The Washington Post has done it again. It has exposed the immorality, indeed the corrupt nature of yet another President of the United States (US). By releasing the audio tape of an hour-long haranguing of officials of the state of Georgia by outgoing President Donald Trump --- in which Trump is openly asking Brad Raffensperger to recalculate the votes cast in November's presidential election in Georgia and give him 11,780 votes that will overturn Joe Biden's victory --- the newspaper has taken us back to what it did forty six years ago.
No one who believes in bold, objective journalism will ever forget the painstaking efforts of two young reporters on the Post, Bob Woodward and Carl Bernstein, in investigating the Watergate scandal and eventually creating a situation where President Richard Nixon was forced to resign in August 1974. It was noted at the time that these two journalists and the Washington Post had brought down an imperial presidency and had therefore made a significant contribution to restoring morals in the White House. When politics gets smeared with ugliness, journalism can go after those who act in ugly fashion.
What the Post did on Sunday, through releasing the Trump tape, was simply reasserting the power and responsibilities of journalism. One is not sure that Trump will express any contrition over his words on the tape, for he has been that rare American President whose sense of shame or propriety has been characterised by an absolute lack of it. But that the tape is there, per courtesy of the Washington Post, is once more a guarantee that where there are men and women willing and ready to be professional journalists, society can rest assured that those who exercise power in crude fashion or questionable manner cannot get away with their misdeeds.
This is where we admire journalism as it has come to be in the West. Of course, there are the sorry manifestations of journalism in that part of the world, especially when you think of what Rupert Murdoch has been doing and what Fox News has been doing. You recall the embedded journalism which was so much a part of the Gulf Wars in the early 1990s and early 2000s. But it is the bigger picture which has regularly held out hope. The BBC has always had a clutch of journalists feared by those in the corridors of power. Jeremy Paxman, Tim Sebastian and John Simpson were there, as today there are Laura Kuenssberg and Vicki Young. When Andrew Marr grills Boris Johnson on the Prime Minister's coronavirus policies and does not let him off the hook, journalism gets to be a charming affair. And, yes, the young Mehdi Hasan at Al Jazeera cheers us when he slices away at the pomposity of the powerful.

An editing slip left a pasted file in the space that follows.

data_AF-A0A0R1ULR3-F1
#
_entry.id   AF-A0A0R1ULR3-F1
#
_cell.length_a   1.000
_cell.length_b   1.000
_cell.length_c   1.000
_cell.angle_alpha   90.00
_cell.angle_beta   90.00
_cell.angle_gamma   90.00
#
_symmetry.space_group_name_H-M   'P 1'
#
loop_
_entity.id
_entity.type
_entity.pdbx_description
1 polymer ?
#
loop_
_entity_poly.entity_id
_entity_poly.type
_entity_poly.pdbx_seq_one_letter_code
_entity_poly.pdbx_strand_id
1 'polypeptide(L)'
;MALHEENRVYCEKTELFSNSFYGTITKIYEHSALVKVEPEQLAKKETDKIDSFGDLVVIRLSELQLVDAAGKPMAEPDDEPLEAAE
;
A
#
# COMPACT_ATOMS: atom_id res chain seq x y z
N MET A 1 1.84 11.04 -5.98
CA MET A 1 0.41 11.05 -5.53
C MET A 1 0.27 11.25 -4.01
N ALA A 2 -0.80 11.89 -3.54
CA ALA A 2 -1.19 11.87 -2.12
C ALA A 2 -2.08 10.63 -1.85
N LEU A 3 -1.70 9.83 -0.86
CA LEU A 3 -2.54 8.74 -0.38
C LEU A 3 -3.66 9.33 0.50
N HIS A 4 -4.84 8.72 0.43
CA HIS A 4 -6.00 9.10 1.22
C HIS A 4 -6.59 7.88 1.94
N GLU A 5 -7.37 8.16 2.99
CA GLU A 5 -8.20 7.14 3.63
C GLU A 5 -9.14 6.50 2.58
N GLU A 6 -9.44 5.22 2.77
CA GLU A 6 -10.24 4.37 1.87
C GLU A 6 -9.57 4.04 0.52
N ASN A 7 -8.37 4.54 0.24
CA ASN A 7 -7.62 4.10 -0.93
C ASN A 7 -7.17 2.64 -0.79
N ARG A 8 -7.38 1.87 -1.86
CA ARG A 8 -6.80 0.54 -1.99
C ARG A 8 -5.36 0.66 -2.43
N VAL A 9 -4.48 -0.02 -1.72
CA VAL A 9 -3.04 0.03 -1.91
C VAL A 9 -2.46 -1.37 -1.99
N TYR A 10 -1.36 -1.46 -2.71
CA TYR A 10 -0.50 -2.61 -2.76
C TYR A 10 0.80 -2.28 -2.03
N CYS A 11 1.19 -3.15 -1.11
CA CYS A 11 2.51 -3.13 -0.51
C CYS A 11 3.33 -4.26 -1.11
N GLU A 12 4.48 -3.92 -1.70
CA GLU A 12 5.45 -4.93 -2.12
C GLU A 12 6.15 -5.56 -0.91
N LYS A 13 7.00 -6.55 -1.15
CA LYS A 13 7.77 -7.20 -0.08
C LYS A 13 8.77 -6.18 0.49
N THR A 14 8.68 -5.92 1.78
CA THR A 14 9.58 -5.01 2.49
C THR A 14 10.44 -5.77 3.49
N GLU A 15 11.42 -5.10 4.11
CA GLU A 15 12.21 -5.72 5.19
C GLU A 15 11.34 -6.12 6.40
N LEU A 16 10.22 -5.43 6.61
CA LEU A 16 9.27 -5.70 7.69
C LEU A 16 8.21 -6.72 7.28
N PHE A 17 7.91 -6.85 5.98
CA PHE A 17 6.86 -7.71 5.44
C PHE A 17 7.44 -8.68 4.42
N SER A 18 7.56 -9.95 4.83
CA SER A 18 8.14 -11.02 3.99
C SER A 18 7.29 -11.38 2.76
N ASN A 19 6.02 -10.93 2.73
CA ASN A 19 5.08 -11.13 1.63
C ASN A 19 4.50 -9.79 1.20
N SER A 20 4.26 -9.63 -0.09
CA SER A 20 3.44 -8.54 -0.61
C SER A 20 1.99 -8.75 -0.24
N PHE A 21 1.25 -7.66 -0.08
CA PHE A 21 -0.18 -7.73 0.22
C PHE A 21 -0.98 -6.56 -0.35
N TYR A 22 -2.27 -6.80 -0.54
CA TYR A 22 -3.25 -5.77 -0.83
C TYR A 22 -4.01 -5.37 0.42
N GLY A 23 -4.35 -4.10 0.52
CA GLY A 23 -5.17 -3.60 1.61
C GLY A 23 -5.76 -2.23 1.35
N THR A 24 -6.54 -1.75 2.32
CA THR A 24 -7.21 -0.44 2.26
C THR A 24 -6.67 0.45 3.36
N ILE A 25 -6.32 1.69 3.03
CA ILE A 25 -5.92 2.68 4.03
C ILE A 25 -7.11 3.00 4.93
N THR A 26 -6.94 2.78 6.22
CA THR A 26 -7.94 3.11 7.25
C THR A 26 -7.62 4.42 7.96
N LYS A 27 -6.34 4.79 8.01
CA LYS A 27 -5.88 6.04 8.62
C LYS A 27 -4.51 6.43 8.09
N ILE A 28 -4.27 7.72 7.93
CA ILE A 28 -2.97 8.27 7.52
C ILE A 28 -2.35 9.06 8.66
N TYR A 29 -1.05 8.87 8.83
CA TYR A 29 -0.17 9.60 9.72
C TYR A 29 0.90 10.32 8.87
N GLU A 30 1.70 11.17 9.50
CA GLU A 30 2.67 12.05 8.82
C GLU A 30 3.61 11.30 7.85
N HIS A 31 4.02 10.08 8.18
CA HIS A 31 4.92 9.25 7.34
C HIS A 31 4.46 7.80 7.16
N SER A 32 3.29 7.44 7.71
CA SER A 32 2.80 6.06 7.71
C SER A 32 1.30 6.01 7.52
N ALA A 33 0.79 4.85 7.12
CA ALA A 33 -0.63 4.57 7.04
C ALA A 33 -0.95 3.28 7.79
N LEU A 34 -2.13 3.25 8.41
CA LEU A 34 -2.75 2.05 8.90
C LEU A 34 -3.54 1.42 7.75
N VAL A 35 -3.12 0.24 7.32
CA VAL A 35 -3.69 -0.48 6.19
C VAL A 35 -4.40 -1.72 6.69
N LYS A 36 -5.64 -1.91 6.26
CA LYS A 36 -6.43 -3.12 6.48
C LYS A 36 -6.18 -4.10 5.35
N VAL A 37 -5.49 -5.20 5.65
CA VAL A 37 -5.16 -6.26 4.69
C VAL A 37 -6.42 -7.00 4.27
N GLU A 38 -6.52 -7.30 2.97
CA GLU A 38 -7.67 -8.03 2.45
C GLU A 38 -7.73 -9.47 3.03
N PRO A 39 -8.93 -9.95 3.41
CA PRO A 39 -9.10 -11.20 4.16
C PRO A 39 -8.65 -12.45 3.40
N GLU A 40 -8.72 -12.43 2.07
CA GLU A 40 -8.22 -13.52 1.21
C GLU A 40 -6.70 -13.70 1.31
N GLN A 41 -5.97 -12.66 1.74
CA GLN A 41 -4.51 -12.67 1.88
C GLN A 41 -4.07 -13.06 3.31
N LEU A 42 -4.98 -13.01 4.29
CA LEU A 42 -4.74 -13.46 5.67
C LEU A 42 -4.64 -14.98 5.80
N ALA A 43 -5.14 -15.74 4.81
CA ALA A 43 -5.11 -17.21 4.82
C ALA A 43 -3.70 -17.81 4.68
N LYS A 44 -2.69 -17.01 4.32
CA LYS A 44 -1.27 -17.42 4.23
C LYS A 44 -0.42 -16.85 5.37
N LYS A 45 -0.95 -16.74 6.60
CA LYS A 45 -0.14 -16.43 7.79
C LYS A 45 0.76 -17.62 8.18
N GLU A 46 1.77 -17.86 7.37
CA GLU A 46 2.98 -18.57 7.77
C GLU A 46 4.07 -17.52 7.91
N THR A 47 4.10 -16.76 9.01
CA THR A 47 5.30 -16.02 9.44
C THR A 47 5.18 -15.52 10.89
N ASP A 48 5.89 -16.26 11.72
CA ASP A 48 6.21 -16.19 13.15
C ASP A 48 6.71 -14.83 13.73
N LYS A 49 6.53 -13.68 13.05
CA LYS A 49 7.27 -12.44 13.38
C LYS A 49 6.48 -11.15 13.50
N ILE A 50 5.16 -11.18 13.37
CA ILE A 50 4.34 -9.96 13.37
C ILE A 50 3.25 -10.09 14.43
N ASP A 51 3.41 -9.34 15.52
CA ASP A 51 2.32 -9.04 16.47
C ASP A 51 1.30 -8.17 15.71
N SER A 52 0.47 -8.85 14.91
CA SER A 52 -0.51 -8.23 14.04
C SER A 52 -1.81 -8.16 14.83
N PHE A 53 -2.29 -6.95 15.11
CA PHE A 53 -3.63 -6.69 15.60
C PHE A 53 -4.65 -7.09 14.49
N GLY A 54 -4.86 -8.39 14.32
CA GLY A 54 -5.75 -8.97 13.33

In the past, in the United States, there was Dan Rather who would not let George H.W. Bush go without answering his question. In our times, we have been encouraged by a good number of journalists in India. Karan Thapar's polite but firm interrogation of influential individuals has always been a remarkable commentary on the weapon of independence Indian journalists have traditionally employed in carrying out their responsibilities. Raveesh Kumar at NDTV is another media personality who leaves his audience feeling good about journalism, with quite a good number imagining a role for themselves in future in the profession. Journalism is not for the faint-hearted, as these media people in the West and in India and elsewhere have consistently demonstrated.
And it was just such a truth which Woodward and Bernstein upheld in the early 1970s through their relentless investigations into the crime that was Watergate. Under pressure, President Nixon famously told the media, "I am not a crook." But the Washington Post journalists did end up proving he was a crook. Today the Washington Post has shown that the man who will leave the White House in about two weeks is a crook as well, for he has been doing everything in the last four years and especially since Joe Biden beat him in November to steal the election. Those tapes are a judgement on the man. They are the final push to a man into a whole he has dug for himself.
A powerful media is a sure guarantee of democracy in any society. Journalists who know their job, who study history, who do not kowtow to power have in our times brought down men who had deluded themselves in believing in their infallibility. Seymour Hersh exposed the My Lai massacre by American troops in Vietnam in 1969. The Australian journalist John Pilger has boldly reported on the genocide in Cambodia and has excoriated the imperialist nature of western foreign policies. Sydney Schanberg of the New York Times brought the Pakistan army's genocide in Bangladesh to the world's attention in 1971. Walter Lippmann earned the wrath of President Lyndon Johnson when he voiced his opposition to the Vietnam War, but that did not stop him from his pursuit of proper journalism.
The Washington Post, always a reminder of the legacy of Bob Woodward and Carl Bernstein and Ben Bradlee and Katharine Graham, gives us reason again to hold high our belief in the power of journalism to render hollow unabashed demonstrations of power by individuals unfit to hold high office.
Syed Badrul Ahsan is a senior journalist and writer.